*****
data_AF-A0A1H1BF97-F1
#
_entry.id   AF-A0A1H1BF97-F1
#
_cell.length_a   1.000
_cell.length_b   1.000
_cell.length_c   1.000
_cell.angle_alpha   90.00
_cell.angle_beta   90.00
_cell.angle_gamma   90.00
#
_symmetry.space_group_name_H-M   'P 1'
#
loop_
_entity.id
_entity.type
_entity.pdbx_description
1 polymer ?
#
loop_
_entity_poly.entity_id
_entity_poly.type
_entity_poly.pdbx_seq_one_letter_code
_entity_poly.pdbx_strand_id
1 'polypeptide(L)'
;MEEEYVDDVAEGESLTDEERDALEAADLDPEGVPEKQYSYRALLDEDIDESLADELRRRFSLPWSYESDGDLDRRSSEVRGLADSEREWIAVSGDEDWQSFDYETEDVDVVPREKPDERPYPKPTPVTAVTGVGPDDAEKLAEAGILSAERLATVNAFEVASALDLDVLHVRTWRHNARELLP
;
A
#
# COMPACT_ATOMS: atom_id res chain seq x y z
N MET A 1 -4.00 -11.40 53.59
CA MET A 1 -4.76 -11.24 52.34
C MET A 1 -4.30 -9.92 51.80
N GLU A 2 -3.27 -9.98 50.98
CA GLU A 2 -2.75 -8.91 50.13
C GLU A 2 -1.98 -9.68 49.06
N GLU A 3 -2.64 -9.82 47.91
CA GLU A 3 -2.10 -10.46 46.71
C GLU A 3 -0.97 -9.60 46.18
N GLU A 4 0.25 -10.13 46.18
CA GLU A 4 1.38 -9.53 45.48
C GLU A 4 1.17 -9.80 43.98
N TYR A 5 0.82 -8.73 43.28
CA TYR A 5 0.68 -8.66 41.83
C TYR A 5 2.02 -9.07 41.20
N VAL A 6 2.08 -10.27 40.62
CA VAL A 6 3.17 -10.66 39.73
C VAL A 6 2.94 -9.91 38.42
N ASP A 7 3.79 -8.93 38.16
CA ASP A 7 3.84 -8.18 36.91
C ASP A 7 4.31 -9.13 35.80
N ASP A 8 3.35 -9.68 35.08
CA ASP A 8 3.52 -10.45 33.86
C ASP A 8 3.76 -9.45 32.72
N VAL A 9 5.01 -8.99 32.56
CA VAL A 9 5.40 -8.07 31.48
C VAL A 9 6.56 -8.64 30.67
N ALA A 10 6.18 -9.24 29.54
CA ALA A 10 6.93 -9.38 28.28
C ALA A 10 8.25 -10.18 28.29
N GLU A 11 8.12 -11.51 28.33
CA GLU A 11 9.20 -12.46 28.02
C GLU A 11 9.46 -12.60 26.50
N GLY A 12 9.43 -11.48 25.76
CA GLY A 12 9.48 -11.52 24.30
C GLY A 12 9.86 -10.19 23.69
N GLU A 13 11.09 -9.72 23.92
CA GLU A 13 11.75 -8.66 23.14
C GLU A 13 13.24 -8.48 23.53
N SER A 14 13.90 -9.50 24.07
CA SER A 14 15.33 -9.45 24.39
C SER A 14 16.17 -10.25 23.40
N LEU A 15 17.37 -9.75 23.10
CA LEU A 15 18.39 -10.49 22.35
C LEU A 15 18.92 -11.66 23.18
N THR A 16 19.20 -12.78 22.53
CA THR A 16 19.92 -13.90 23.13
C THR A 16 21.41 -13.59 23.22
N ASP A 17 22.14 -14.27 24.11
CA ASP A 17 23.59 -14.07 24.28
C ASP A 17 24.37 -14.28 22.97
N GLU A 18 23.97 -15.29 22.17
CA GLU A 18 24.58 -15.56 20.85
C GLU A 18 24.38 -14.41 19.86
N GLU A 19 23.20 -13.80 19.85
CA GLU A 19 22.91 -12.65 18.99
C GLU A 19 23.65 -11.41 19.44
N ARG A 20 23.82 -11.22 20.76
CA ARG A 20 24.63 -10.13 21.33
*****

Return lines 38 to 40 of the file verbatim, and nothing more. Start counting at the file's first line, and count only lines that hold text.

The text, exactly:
CA GLU A 3 -2.10 -10.46 46.71
C GLU A 3 -0.97 -9.60 46.18
N GLU A 4 0.25 -10.13 46.18